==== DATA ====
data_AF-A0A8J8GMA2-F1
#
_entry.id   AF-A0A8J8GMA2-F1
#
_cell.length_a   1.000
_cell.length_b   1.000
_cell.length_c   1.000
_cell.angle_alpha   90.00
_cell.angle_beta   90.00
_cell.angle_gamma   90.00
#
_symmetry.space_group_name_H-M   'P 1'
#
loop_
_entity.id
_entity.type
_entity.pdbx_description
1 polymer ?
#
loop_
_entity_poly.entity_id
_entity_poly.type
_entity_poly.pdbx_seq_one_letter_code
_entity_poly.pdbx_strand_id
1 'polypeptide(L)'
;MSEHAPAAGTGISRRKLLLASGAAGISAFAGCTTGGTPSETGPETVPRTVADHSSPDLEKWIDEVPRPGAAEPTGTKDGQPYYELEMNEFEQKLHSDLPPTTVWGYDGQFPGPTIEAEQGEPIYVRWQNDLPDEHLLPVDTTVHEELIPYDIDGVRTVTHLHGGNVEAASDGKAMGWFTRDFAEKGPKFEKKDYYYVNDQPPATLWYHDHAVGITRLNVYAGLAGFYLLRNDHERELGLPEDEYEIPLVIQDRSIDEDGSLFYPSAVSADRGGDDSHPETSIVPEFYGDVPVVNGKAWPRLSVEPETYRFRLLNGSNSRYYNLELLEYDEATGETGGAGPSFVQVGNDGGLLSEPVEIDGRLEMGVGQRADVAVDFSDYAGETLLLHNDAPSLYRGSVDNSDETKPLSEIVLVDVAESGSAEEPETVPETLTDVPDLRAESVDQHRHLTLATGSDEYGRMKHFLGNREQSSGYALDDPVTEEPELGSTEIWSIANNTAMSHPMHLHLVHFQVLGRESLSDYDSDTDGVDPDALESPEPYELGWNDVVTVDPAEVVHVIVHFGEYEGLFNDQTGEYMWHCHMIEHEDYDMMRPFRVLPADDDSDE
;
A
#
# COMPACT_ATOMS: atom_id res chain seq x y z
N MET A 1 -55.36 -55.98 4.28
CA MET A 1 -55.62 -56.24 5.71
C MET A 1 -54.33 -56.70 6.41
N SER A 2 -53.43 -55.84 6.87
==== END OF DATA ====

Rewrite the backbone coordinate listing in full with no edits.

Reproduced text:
data_AF-A0A8J8GMA2-F1
#
_entry.id   AF-A0A8J8GMA2-F1
#
_cell.length_a   1.000
_cell.length_b   1.000
_cell.length_c   1.000
_cell.angle_alpha   90.00
_cell.angle_beta   90.00
_cell.angle_gamma   90.00
#
_symmetry.space_group_name_H-M   'P 1'
#
loop_
_entity.id
_entity.type
_entity.pdbx_description
1 polymer ?
#
loop_
_entity_poly.entity_id
_entity_poly.type
_entity_poly.pdbx_seq_one_letter_code
_entity_poly.pdbx_strand_id
1 'polypeptide(L)'
;MSEHAPAAGTGISRRKLLLASGAAGISAFAGCTTGGTPSETGPETVPRTVADHSSPDLEKWIDEVPRPGAAEPTGTKDGQPYYELEMNEFEQKLHSDLPPTTVWGYDGQFPGPTIEAEQGEPIYVRWQNDLPDEHLLPVDTTVHEELIPYDIDGVRTVTHLHGGNVEAASDGKAMGWFTRDFAEKGPKFEKKDYYYVNDQPPATLWYHDHAVGITRLNVYAGLAGFYLLRNDHERELGLPEDEYEIPLVIQDRSIDEDGSLFYPSAVSADRGGDDSHPETSIVPEFYGDVPVVNGKAWPRLSVEPETYRFRLLNGSNSRYYNLELLEYDEATGETGGAGPSFVQVGNDGGLLSEPVEIDGRLEMGVGQRADVAVDFSDYAGETLLLHNDAPSLYRGSVDNSDETKPLSEIVLVDVAESGSAEEPETVPETLTDVPDLRAESVDQHRHLTLATGSDEYGRMKHFLGNREQSSGYALDDPVTEEPELGSTEIWSIANNTAMSHPMHLHLVHFQVLGRESLSDYDSDTDGVDPDALESPEPYELGWNDVVTVDPAEVVHVIVHFGEYEGLFNDQTGEYMWHCHMIEHEDYDMMRPFRVLPADDDSDE
;
A
#
# COMPACT_ATOMS: atom_id res chain seq x y z
N MET A 1 -55.36 -55.98 4.28
CA MET A 1 -55.62 -56.24 5.71
C MET A 1 -54.33 -56.70 6.41
N SER A 2 -53.43 -55.84 6.87